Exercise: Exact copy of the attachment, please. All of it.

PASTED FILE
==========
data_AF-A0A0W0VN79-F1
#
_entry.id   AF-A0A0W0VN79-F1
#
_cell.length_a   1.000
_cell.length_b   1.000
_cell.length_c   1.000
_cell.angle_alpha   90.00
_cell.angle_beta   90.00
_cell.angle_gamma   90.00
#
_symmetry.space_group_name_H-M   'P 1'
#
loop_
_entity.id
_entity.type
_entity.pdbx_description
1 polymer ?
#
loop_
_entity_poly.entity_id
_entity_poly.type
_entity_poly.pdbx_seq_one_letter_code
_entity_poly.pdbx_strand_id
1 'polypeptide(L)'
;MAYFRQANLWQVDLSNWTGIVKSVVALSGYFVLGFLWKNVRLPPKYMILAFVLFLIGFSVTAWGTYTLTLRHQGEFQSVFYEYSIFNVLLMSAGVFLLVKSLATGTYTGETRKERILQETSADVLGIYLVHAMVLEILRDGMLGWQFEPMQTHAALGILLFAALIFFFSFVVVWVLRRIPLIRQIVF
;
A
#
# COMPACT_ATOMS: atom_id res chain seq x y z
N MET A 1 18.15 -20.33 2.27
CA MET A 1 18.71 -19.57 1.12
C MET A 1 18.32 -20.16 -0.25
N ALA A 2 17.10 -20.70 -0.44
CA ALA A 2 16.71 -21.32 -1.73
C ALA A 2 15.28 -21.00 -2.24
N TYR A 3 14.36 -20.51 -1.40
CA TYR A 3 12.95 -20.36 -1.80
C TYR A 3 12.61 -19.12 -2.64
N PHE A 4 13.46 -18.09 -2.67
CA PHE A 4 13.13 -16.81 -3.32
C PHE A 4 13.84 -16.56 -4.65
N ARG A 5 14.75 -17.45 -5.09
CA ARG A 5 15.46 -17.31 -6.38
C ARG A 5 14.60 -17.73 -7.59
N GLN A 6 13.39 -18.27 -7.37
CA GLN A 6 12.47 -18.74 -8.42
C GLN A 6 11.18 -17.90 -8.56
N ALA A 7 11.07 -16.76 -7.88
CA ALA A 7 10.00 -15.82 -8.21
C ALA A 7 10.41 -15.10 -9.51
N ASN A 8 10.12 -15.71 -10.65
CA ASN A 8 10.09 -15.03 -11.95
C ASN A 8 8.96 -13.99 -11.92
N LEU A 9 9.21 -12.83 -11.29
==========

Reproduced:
data_AF-A0A0W0VN79-F1
#
_entry.id   AF-A0A0W0VN79-F1
#
_cell.length_a   1.000
_cell.length_b   1.000
_cell.length_c   1.000
_cell.angle_alpha   90.00
_cell.angle_beta   90.00
_cell.angle_gamma   90.00
#
_symmetry.space_group_name_H-M   'P 1'
#
loop_
_entity.id
_entity.type
_entity.pdbx_description
1 polymer ?
#
loop_
_entity_poly.entity_id
_entity_poly.type
_entity_poly.pdbx_seq_one_letter_code
_entity_poly.pdbx_strand_id
1 'polypeptide(L)'
;MAYFRQANLWQVDLSNWTGIVKSVVALSGYFVLGFLWKNVRLPPKYMILAFVLFLIGFSVTAWGTYTLTLRHQGEFQSVFYEYSIFNVLLMSAGVFLLVKSLATGTYTGETRKERILQETSADVLGIYLVHAMVLEILRDGMLGWQFEPMQTHAALGILLFAALIFFFSFVVVWVLRRIPLIRQIVF
;
A
#
# COMPACT_ATOMS: atom_id res chain seq x y z
N MET A 1 18.15 -20.33 2.27
CA MET A 1 18.71 -19.57 1.12
C MET A 1 18.32 -20.16 -0.25
N ALA A 2 17.10 -20.70 -0.44
CA ALA A 2 16.71 -21.32 -1.73
C ALA A 2 15.28 -21.00 -2.24
N TYR A 3 14.36 -20.51 -1.40
CA TYR A 3 12.95 -20.36 -1.80
C TYR A 3 12.61 -19.12 -2.64
N PHE A 4 13.46 -18.09 -2.67
CA PHE A 4 13.13 -16.81 -3.32
C PHE A 4 13.84 -16.56 -4.65
N ARG A 5 14.75 -17.45 -5.09
CA ARG A 5 15.46 -17.31 -6.38
C ARG A 5 14.60 -17.73 -7.59
N GLN A 6 13.39 -18.27 -7.37
CA GLN A 6 12.47 -18.74 -8.42
C GLN A 6 11.18 -17.90 -8.56
N ALA A 7 11.07 -16.76 -7.88
CA ALA A 7 10.00 -15.82 -8.21
C ALA A 7 10.41 -15.10 -9.51
N ASN A 8 10.12 -15.71 -10.65
CA ASN A 8 10.09 -15.03 -11.95
C ASN A 8 8.96 -13.99 -11.92
N LEU A 9 9.21 -12.83 -11.29